Paul Cohen, who proved that one can imagine infinite sets larger than the set of integers but smaller than the set of real numbers without leading to contradiction, and who won (to date) the only Fields Medal ever awarded for work in logic, died yesterday. He was 72. You can read more about his achievements here or in Lecture 3.
I only saw Cohen once, when he participated in a panel discussion at Berkeley about Hilbert’s problems from 1900. He came across as funny and likable — which was good since, to my mind, it might as well have been Euclid or Aristotle sitting there trading quips with the other panelists. (As Rebecca Goldstein wrote about Gödel, the man whose work paved the way for Cohen’s: “I once found the philosopher Richard Rorty standing in a bit of a daze in Davidson’s food market. He told me in hushed tones that he’d just seen Gödel in the frozen food aisle.”)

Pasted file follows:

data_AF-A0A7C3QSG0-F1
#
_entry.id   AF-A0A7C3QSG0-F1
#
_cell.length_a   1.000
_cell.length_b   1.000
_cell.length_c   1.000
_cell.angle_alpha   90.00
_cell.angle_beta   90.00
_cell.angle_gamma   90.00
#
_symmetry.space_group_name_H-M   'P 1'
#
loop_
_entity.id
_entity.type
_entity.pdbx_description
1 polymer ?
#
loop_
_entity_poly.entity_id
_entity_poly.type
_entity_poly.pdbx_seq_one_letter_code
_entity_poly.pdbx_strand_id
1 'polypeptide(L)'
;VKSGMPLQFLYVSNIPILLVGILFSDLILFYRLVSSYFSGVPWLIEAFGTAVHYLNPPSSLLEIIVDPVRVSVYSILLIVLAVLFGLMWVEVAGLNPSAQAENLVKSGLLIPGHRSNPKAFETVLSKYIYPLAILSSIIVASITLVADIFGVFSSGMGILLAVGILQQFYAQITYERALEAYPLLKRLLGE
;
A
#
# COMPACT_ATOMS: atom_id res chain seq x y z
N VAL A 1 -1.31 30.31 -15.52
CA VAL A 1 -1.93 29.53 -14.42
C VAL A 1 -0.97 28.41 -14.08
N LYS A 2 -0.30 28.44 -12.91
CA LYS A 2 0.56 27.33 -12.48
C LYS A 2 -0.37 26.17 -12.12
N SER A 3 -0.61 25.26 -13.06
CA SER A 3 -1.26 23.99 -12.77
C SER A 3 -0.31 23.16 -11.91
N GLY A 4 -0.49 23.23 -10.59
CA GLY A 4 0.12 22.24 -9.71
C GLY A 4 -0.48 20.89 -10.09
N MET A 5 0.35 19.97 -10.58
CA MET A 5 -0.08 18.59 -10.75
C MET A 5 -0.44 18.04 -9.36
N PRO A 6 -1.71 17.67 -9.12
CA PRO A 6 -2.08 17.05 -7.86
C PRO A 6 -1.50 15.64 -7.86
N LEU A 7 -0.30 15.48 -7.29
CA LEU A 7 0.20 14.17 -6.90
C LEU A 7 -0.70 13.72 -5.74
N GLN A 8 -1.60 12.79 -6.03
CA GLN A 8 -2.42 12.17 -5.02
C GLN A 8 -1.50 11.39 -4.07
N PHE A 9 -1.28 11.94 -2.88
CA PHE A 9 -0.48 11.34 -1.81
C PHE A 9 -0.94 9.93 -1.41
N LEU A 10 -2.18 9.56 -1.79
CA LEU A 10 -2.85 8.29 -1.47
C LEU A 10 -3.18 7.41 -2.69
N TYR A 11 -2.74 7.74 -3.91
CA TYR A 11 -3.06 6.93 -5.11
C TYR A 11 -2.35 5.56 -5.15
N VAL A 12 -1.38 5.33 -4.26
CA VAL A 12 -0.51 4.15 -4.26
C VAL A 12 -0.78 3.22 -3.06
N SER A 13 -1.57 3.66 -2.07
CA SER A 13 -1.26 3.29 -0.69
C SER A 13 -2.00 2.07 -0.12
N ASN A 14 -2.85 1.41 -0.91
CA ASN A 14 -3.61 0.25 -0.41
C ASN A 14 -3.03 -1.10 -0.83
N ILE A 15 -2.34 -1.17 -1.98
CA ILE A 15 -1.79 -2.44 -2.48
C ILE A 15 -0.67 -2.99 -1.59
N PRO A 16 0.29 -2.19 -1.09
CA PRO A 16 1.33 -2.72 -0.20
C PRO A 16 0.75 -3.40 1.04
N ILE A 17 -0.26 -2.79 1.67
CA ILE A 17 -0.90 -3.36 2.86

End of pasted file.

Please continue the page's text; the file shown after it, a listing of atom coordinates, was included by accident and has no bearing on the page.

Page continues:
Like Cantor himself, Cohen started out not as a logician but as an analyst. The famous story is that Cohen was once teasing a logician friend about how there were no meaty, nontrivial open problems in logic — certainly nothing that an analyst couldn’t swoop in and solve. “Oh yeah?” the friend shot back. “I’d like to see you prove the independence of the Continuum Hypothesis!” So that’s what he did. I’d love to know whether the story has any grain of truth to it.